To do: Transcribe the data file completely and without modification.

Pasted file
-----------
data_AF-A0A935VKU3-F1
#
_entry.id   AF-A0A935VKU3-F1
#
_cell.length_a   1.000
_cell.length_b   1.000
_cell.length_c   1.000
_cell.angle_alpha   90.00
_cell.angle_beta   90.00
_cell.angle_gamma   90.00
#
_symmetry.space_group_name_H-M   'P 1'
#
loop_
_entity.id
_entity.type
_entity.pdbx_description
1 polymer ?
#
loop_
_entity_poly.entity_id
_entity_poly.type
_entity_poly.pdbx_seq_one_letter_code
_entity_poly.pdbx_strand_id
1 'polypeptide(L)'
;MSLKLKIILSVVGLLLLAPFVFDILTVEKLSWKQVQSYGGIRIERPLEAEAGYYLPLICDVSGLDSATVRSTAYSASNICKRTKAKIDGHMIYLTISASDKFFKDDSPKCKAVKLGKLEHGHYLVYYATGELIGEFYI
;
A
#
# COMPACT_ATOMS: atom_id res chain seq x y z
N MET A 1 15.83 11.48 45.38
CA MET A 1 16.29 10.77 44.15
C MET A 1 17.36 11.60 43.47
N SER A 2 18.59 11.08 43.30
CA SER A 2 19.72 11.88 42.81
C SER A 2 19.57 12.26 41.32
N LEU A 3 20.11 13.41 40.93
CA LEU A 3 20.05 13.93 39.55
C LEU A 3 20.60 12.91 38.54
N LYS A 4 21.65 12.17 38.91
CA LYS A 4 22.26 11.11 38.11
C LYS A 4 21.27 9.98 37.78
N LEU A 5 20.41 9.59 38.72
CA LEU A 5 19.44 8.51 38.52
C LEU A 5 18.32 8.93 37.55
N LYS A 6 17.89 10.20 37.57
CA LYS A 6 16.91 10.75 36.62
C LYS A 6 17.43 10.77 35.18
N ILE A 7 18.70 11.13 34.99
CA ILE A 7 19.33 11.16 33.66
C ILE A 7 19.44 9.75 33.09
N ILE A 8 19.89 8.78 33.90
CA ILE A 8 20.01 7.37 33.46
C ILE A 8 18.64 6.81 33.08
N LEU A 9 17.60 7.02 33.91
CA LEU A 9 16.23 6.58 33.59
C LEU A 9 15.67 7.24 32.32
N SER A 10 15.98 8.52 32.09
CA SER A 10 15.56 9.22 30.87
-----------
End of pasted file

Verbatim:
data_AF-A0A935VKU3-F1
#
_entry.id   AF-A0A935VKU3-F1
#
_cell.length_a   1.000
_cell.length_b   1.000
_cell.length_c   1.000
_cell.angle_alpha   90.00
_cell.angle_beta   90.00
_cell.angle_gamma   90.00
#
_symmetry.space_group_name_H-M   'P 1'
#
loop_
_entity.id
_entity.type
_entity.pdbx_description
1 polymer ?
#
loop_
_entity_poly.entity_id
_entity_poly.type
_entity_poly.pdbx_seq_one_letter_code
_entity_poly.pdbx_strand_id
1 'polypeptide(L)'
;MSLKLKIILSVVGLLLLAPFVFDILTVEKLSWKQVQSYGGIRIERPLEAEAGYYLPLICDVSGLDSATVRSTAYSASNICKRTKAKIDGHMIYLTISASDKFFKDDSPKCKAVKLGKLEHGHYLVYYATGELIGEFYI
;
A
#
# COMPACT_ATOMS: atom_id res chain seq x y z
N MET A 1 15.83 11.48 45.38
CA MET A 1 16.29 10.77 44.15
C MET A 1 17.36 11.60 43.47
N SER A 2 18.59 11.08 43.30
CA SER A 2 19.72 11.88 42.81
C SER A 2 19.57 12.26 41.32
N LEU A 3 20.11 13.41 40.93
CA LEU A 3 20.05 13.93 39.55
C LEU A 3 20.60 12.91 38.54
N LYS A 4 21.65 12.17 38.91
CA LYS A 4 22.26 11.11 38.11
C LYS A 4 21.27 9.98 37.78
N LEU A 5 20.41 9.59 38.72
CA LEU A 5 19.44 8.51 38.52
C LEU A 5 18.32 8.93 37.55
N LYS A 6 17.89 10.20 37.57
CA LYS A 6 16.91 10.75 36.62
C LYS A 6 17.43 10.77 35.18
N ILE A 7 18.70 11.13 34.99
CA ILE A 7 19.33 11.16 33.66
C ILE A 7 19.44 9.75 33.09
N ILE A 8 19.89 8.78 33.90
CA ILE A 8 20.01 7.37 33.46
C ILE A 8 18.64 6.81 33.08
N LEU A 9 17.60 7.02 33.91
CA LEU A 9 16.23 6.58 33.59
C LEU A 9 15.67 7.24 32.32
N SER A 10 15.98 8.52 32.09
CA SER A 10 15.56 9.22 30.87